Advocates for domestic violence victims are taking issue with J.D. Vance
Some advocates for survivors of domestic violence are upset with Republican U.S. Senate candidate J.D. Vance for comments he reportedly made that suggest people in violent marriages shouldn't get divorced.
Lydia Strauss, a Columbus woman who has worked with domestic violence survivors for more than two decades, said Vance's rhetoric is downright dangerous.
The advocates are reacting to a story first reported by Vice News last week.
The news outlet reported that, while speaking to a California high school in September, Vance said "This is one of the great tricks that I think the sexual revolution pulled on the American populace, which is the idea that like, ‘well, OK, these marriages were fundamentally, you know, they were maybe even violent, but certainly they were unhappy. And so getting rid of them and making it easier for people to shift spouses like they change their underwear, that’s going to make people happier in the long term.'"
Strauss said the National Coalition Against Domestic Violence reports one out of every four women and one out of every nine men will experience severe physical violence from their partner. And she said the same organization estimates one out of every 15 children is exposed to domestic violence.
“Telling women that they should stay in violent marriages is disgusting and dangerous. And if women were to listen to J.D. Vance's callous advice, it would lead to children seeing more violence in their home," Strauss said.
Strauss, along with some Democratic state lawmakers, said Vance has an "anti-woman" agenda.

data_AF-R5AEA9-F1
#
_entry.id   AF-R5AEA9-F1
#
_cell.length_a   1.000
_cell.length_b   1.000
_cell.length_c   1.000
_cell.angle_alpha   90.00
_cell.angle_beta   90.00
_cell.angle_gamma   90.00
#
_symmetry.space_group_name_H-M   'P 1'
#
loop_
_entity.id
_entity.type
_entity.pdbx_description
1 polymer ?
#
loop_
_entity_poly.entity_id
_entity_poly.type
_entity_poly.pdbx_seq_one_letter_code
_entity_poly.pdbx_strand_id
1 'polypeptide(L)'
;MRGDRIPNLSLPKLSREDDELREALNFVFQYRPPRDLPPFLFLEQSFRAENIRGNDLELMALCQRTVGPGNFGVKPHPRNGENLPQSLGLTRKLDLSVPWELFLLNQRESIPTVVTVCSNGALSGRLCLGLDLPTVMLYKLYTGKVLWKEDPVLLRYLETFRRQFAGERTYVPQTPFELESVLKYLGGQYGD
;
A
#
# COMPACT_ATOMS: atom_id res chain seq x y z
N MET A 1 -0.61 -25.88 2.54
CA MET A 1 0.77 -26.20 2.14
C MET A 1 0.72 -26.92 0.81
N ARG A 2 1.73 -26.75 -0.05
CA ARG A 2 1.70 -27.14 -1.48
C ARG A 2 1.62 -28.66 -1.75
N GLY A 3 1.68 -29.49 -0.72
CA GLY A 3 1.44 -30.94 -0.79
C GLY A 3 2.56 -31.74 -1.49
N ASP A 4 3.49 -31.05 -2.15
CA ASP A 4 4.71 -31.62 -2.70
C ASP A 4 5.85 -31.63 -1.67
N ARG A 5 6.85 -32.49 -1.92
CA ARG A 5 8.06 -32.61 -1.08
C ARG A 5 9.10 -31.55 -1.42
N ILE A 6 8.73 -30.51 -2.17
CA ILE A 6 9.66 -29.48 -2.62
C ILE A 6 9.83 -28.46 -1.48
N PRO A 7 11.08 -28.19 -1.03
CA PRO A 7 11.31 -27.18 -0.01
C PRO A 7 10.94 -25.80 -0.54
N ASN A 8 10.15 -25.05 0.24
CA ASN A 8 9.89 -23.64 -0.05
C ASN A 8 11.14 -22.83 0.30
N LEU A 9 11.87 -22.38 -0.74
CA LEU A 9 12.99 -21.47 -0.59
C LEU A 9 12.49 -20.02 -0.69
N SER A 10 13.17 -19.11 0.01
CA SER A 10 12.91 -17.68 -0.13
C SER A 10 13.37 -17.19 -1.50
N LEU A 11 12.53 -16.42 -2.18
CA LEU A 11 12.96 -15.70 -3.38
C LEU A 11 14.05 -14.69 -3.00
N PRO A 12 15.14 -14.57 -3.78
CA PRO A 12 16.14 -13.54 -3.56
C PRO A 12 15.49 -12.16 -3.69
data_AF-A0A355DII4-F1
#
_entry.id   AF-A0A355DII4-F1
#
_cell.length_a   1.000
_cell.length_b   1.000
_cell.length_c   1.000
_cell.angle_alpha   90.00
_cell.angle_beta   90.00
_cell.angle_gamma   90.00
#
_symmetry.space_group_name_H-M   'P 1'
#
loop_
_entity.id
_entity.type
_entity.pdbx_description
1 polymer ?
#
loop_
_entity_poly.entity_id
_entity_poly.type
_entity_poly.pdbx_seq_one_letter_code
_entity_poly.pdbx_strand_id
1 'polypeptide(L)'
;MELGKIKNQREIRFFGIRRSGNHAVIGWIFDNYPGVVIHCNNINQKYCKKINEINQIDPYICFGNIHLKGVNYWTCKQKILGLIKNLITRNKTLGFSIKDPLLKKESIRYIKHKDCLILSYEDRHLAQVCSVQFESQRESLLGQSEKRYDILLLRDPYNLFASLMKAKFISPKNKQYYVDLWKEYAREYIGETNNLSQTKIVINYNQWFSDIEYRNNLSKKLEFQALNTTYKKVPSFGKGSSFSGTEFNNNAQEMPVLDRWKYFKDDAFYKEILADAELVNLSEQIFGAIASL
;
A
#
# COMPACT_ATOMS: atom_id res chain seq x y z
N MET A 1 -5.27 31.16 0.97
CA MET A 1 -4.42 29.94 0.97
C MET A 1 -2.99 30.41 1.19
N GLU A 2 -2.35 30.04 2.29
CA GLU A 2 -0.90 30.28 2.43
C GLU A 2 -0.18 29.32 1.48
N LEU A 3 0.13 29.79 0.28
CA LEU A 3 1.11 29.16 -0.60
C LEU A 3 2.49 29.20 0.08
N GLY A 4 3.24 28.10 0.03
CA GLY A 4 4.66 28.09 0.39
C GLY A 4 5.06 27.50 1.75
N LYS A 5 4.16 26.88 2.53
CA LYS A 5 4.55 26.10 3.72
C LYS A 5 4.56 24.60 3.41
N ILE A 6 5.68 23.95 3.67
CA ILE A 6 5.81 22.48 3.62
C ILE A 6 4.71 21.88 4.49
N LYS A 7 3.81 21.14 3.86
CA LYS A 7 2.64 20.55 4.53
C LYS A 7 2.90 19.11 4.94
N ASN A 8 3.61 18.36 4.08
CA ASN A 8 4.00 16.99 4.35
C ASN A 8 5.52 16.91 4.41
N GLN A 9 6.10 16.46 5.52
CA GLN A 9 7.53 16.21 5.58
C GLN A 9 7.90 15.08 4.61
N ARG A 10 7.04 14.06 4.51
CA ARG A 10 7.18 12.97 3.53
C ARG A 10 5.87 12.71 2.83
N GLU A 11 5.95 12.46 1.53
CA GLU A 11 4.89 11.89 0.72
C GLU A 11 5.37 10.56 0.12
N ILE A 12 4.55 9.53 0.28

Vance, the author of the best selling book, "Hillbilly Elegy," said he is not against women. In his book, Vance wrote about the opioid struggles his single mother faced and credited his grandmother, who had marital problems of her own, for stepping in to raise him.
When asked earlier this week to explain comments that some have labeled anti-woman or anti-LGBTQ, Vance stressed the importance of encouraging family stability.
“If you look at childhood trauma, the effect it has on kids growing up, if you look at the effect that our skyrocketing family instability rate has on our crime and a child’s happiness, you’ve got to talk about this stuff," Vance said.
When it comes to abortion, Vance said he's "pro-life" and he said he thinks legalized abortion has been predicated on a lie.
"The whole lie that we were told in our country I think before I was born, the whole lie is that somehow abortion would be liberating. I saw a lot of young women get pressured, get bullied into abortions growing up in Middletown, Ohio. This thing that we did, it wasn't good for young women. It wasn't good for children. I don't think it was good for fathers. Don't we want young boys to become responsible men and responsible fathers?" Vance asked.
Vance has a new ad on the airwaves in Ohio this week that features his wife, Usha, and their children.
Vance's Democratic opponent, Tim Ryan, was a guest speaker at a rally for abortion rights at the Ohio Statehouse in late June, after the U.S. Supreme Court overturned Roe v. Wade, the 1973 ruling that allowed abortion nationwide. Ryan, who once opposed abortion because of his Catholic faith, said he now supports abortion rights because he understands it is a decision that is best made by the woman involved.
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